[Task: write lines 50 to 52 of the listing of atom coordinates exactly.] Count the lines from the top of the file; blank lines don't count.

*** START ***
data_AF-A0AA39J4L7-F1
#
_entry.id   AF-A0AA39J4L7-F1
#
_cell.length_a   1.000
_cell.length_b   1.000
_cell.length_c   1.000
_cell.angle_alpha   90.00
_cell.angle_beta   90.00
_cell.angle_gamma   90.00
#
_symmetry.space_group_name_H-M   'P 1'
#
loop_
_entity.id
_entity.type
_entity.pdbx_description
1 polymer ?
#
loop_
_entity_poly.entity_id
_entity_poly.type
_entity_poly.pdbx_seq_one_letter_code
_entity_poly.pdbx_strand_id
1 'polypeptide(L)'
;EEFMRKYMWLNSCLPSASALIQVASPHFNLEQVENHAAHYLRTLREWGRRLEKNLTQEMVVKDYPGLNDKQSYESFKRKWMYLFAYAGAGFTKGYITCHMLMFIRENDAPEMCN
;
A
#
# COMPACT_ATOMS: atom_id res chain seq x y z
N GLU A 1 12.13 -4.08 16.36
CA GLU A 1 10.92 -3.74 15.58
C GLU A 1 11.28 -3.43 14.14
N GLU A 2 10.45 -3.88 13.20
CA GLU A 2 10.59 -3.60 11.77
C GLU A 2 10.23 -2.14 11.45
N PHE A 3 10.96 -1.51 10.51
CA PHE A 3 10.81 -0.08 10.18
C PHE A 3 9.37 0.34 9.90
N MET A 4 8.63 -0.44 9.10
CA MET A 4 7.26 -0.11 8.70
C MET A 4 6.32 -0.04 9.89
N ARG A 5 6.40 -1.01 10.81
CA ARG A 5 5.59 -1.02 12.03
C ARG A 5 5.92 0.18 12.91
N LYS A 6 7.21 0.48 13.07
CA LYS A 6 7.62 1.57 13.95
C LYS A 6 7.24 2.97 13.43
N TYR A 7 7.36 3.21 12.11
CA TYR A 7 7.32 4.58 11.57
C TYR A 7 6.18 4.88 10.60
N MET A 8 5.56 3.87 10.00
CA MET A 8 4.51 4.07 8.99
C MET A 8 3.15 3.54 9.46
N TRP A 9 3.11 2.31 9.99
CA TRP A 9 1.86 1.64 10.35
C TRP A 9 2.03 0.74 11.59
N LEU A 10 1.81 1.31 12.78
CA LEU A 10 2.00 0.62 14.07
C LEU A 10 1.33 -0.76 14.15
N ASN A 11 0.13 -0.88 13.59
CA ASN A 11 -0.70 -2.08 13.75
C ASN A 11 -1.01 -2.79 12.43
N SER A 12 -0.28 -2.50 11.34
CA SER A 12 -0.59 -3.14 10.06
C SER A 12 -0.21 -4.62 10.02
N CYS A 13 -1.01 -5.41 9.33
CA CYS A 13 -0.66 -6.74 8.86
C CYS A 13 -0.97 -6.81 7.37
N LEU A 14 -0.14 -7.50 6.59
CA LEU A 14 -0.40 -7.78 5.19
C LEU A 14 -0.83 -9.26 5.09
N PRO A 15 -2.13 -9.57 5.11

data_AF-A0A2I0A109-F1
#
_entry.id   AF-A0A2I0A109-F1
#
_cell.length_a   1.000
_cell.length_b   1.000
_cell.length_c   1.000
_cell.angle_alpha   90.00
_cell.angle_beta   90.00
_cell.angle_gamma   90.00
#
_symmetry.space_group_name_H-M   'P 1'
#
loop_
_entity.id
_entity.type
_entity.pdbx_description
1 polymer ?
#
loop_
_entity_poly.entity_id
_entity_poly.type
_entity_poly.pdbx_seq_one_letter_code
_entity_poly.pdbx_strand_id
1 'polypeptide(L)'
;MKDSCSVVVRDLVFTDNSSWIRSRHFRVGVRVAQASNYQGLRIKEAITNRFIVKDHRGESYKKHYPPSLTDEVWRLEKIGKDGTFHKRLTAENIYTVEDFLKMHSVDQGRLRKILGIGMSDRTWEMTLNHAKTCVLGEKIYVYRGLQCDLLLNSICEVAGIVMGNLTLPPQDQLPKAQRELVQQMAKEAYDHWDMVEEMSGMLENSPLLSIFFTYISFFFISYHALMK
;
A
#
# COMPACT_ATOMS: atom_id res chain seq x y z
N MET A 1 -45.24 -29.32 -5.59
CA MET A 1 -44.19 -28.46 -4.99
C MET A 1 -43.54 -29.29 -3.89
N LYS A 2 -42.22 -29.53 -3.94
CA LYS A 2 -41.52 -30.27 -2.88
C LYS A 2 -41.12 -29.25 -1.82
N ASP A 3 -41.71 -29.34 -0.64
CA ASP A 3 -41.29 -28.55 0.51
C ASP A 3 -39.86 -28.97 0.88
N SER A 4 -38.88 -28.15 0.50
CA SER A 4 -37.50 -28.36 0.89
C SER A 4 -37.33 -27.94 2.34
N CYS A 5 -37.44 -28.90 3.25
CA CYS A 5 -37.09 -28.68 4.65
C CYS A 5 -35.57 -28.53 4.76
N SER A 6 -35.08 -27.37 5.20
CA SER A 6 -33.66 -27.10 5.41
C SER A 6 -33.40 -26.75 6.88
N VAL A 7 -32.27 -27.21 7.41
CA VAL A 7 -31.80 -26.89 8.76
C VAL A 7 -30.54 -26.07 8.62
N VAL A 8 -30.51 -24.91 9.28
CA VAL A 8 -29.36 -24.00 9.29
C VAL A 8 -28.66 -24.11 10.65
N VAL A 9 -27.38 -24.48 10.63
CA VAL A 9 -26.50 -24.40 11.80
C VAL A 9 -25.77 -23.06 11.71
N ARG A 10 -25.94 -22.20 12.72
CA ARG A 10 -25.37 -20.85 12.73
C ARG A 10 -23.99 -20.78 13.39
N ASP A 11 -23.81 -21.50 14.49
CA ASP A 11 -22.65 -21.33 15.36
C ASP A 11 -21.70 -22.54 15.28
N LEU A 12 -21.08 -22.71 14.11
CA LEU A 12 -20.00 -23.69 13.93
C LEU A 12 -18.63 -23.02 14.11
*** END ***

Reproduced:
CA TYR A 7 7.32 4.58 11.57
C TYR A 7 6.18 4.88 10.60
N MET A 8 5.56 3.87 10.00